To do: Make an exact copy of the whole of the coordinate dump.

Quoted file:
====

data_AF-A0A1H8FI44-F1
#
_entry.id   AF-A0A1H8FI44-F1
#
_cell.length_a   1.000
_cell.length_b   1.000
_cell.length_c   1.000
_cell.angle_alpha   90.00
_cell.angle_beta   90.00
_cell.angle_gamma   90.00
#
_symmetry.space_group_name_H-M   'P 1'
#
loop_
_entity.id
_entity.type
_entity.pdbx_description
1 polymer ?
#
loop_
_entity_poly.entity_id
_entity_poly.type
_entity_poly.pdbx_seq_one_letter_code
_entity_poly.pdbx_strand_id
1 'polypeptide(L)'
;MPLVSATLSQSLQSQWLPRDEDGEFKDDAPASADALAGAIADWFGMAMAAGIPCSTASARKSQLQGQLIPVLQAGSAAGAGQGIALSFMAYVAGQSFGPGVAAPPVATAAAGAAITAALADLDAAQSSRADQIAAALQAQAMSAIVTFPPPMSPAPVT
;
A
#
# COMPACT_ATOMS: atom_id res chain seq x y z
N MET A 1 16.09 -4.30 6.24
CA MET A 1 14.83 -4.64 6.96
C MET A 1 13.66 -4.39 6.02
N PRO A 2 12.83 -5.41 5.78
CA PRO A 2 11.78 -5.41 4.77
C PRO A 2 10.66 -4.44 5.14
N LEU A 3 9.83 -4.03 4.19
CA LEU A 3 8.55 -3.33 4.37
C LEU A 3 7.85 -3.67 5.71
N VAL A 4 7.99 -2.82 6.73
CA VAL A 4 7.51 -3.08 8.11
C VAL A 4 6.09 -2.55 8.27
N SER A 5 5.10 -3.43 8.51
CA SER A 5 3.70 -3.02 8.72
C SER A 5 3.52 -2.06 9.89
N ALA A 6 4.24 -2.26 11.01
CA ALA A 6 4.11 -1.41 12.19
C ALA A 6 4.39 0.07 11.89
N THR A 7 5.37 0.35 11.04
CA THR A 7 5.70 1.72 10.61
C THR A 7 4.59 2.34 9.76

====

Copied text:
data_AF-A0A1H8FI44-F1
#
_entry.id   AF-A0A1H8FI44-F1
#
_cell.length_a   1.000
_cell.length_b   1.000
_cell.length_c   1.000
_cell.angle_alpha   90.00
_cell.angle_beta   90.00
_cell.angle_gamma   90.00
#
_symmetry.space_group_name_H-M   'P 1'
#
loop_
_entity.id
_entity.type
_entity.pdbx_description
1 polymer ?
#
loop_
_entity_poly.entity_id
_entity_poly.type
_entity_poly.pdbx_seq_one_letter_code
_entity_poly.pdbx_strand_id
1 'polypeptide(L)'
;MPLVSATLSQSLQSQWLPRDEDGEFKDDAPASADALAGAIADWFGMAMAAGIPCSTASARKSQLQGQLIPVLQAGSAAGAGQGIALSFMAYVAGQSFGPGVAAPPVATAAAGAAITAALADLDAAQSSRADQIAAALQAQAMSAIVTFPPPMSPAPVT
;
A
#
# COMPACT_ATOMS: atom_id res chain seq x y z
N MET A 1 16.09 -4.30 6.24
CA MET A 1 14.83 -4.64 6.96
C MET A 1 13.66 -4.39 6.02
N PRO A 2 12.83 -5.41 5.78
CA PRO A 2 11.78 -5.41 4.77
C PRO A 2 10.66 -4.44 5.14
N LEU A 3 9.83 -4.03 4.19
CA LEU A 3 8.55 -3.33 4.37
C LEU A 3 7.85 -3.67 5.71
N VAL A 4 7.99 -2.82 6.73
CA VAL A 4 7.51 -3.08 8.11
C VAL A 4 6.09 -2.55 8.27
N SER A 5 5.10 -3.43 8.51
CA SER A 5 3.70 -3.02 8.72
C SER A 5 3.52 -2.06 9.89
N ALA A 6 4.24 -2.26 11.01
CA ALA A 6 4.11 -1.41 12.19
C ALA A 6 4.39 0.07 11.89
N THR A 7 5.37 0.35 11.04
CA THR A 7 5.70 1.72 10.61
C THR A 7 4.59 2.34 9.76